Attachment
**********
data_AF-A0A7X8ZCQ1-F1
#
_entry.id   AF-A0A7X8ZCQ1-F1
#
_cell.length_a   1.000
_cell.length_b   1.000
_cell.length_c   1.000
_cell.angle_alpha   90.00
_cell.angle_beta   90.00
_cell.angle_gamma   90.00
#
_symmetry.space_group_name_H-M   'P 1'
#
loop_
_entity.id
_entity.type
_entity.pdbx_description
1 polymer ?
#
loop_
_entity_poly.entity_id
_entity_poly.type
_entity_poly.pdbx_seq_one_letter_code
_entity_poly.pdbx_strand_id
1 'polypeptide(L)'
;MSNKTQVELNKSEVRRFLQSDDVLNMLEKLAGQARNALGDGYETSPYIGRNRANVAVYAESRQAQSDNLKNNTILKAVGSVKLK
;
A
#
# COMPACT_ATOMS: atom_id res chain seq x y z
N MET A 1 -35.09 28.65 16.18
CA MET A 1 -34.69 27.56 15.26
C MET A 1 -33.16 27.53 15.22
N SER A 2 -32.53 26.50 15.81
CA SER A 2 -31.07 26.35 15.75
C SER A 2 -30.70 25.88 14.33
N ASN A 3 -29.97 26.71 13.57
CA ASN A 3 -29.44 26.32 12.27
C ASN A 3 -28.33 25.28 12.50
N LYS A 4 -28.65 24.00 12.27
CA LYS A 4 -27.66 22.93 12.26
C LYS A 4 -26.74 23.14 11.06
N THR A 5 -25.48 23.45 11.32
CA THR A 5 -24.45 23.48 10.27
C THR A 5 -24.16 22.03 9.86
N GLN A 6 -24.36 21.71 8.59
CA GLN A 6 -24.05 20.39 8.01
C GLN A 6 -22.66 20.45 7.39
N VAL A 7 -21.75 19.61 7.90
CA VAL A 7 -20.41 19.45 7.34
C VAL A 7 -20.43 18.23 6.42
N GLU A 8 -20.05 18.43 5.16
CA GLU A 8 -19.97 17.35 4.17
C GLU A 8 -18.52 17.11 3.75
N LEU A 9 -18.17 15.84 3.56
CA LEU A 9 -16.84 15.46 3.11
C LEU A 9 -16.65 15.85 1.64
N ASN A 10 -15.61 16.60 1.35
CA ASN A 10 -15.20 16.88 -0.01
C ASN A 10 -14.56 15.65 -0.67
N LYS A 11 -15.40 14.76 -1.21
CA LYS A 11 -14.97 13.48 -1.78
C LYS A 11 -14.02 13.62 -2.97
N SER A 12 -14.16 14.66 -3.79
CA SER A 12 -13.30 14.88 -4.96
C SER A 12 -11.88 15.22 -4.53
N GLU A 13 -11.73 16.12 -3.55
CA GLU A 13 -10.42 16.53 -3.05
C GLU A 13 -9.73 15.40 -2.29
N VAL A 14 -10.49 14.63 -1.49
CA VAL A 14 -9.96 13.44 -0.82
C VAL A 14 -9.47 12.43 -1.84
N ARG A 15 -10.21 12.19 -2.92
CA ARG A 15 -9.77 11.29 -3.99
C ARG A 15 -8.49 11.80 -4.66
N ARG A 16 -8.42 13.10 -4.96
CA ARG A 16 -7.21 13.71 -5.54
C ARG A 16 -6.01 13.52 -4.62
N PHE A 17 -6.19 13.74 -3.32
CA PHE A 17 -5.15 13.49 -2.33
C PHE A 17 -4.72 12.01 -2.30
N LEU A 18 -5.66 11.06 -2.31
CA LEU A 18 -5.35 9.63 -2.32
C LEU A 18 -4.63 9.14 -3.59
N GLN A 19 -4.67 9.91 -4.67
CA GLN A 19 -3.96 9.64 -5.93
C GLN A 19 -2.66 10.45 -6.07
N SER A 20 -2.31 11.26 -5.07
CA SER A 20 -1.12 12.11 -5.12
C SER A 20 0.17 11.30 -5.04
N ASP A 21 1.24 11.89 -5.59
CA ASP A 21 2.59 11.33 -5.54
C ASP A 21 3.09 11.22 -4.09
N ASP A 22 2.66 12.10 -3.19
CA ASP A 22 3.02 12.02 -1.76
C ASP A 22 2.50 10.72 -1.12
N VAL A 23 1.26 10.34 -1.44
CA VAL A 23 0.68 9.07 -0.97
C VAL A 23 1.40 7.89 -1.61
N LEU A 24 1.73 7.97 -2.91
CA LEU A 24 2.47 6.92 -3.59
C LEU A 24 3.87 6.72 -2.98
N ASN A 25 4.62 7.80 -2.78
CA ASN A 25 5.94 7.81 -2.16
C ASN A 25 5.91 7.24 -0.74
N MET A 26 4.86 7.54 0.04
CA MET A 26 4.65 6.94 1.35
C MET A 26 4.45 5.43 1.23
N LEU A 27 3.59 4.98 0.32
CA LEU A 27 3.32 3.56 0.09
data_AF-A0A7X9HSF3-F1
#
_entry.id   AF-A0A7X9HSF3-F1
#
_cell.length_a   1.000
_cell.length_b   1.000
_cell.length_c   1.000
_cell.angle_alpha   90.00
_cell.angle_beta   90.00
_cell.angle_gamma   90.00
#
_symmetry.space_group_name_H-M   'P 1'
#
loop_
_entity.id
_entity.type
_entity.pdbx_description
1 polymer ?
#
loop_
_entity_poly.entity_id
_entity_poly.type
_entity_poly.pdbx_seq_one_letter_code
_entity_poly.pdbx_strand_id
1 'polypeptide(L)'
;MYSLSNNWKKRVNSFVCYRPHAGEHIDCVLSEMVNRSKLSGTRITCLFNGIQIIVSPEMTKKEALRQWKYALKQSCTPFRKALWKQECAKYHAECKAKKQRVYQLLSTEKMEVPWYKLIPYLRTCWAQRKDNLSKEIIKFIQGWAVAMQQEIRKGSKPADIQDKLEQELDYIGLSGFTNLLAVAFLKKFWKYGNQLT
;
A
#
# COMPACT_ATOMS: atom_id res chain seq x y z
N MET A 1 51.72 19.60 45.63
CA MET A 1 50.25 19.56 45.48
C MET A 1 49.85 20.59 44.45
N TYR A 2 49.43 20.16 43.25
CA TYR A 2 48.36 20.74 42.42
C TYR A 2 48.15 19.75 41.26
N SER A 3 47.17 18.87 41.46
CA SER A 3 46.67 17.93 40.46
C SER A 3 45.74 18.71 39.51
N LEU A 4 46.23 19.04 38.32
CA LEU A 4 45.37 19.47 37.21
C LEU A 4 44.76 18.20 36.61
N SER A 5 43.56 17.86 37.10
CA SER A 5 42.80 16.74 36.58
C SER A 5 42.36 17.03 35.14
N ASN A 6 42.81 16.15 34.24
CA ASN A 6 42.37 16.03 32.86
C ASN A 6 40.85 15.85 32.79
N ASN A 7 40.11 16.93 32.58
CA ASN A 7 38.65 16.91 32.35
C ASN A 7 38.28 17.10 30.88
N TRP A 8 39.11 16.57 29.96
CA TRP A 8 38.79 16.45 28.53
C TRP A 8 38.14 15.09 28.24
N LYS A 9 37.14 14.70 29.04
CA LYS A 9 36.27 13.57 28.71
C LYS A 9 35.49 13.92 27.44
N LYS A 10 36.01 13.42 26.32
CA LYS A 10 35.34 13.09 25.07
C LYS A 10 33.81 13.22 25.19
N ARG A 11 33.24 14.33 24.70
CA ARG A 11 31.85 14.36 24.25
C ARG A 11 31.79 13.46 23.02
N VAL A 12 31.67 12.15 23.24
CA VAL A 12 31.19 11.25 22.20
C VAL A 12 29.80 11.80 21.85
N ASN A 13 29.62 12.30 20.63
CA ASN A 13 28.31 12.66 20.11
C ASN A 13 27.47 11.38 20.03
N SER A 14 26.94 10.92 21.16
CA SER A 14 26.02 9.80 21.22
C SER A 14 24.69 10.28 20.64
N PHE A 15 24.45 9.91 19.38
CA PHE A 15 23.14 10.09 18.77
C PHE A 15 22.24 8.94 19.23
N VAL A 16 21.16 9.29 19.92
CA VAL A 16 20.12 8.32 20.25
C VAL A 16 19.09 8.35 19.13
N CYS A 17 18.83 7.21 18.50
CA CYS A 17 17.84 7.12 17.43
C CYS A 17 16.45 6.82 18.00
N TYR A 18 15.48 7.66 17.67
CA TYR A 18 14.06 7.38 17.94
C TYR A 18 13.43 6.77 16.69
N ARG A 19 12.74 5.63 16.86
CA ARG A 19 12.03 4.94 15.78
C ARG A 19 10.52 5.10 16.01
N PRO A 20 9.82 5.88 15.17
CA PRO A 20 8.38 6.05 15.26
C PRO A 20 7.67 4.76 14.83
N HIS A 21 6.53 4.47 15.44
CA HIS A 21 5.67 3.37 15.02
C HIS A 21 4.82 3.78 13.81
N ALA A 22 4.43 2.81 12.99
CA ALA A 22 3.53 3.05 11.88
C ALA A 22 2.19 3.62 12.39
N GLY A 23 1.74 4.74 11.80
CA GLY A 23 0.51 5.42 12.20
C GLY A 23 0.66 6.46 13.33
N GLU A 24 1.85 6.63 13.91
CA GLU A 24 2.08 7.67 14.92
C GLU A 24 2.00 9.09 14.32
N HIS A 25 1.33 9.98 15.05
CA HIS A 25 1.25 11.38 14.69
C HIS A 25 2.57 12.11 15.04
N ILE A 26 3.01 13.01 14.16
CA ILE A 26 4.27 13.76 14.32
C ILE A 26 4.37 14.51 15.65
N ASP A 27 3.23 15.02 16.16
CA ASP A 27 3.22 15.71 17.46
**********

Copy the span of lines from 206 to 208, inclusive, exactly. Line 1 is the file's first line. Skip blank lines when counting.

C ALA A 22 2.19 3.62 12.39
N GLY A 23 1.74 4.74 11.80
CA GLY A 23 0.51 5.42 12.20